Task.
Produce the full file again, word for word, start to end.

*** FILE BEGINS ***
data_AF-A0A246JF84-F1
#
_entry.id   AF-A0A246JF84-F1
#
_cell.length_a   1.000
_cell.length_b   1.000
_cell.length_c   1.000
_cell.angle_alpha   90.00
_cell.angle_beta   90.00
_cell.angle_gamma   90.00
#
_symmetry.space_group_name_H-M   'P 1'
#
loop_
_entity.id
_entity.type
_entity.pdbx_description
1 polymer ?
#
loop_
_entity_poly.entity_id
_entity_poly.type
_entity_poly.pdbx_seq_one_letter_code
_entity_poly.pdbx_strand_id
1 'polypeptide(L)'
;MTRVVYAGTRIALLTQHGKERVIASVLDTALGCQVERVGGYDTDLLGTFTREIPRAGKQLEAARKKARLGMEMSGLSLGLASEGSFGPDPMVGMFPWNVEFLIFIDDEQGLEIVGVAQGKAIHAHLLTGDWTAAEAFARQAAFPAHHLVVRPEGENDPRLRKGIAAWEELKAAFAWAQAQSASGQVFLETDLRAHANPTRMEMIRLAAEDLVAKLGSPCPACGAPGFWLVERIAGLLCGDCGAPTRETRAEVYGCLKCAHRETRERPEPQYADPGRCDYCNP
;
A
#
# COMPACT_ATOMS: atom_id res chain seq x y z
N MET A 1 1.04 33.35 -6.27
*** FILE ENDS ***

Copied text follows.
data_AF-A0A246JF84-F1
#
_entry.id   AF-A0A246JF84-F1
#
_cell.length_a   1.000
_cell.length_b   1.000
_cell.length_c   1.000
_cell.angle_alpha   90.00
_cell.angle_beta   90.00
_cell.angle_gamma   90.00
#
_symmetry.space_group_name_H-M   'P 1'
#
loop_
_entity.id
_entity.type
_entity.pdbx_description
1 polymer ?
#
loop_
_entity_poly.entity_id
_entity_poly.type
_entity_poly.pdbx_seq_one_letter_code
_entity_poly.pdbx_strand_id
1 'polypeptide(L)'
;MTRVVYAGTRIALLTQHGKERVIASVLDTALGCQVERVGGYDTDLLGTFTREIPRAGKQLEAARKKARLGMEMSGLSLGLASEGSFGPDPMVGMFPWNVEFLIFIDDEQGLEIVGVAQGKAIHAHLLTGDWTAAEAFARQAAFPAHHLVVRPEGENDPRLRKGIAAWEELKAAFAWAQAQSASGQVFLETDLRAHANPTRMEMIRLAAEDLVAKLGSPCPACGAPGFWLVERIAGLLCGDCGAPTRETRAEVYGCLKCAHRETRERPEPQYADPGRCDYCNP
;
A
#
# COMPACT_ATOMS: atom_id res chain seq x y z
N MET A 1 1.04 33.35 -6.27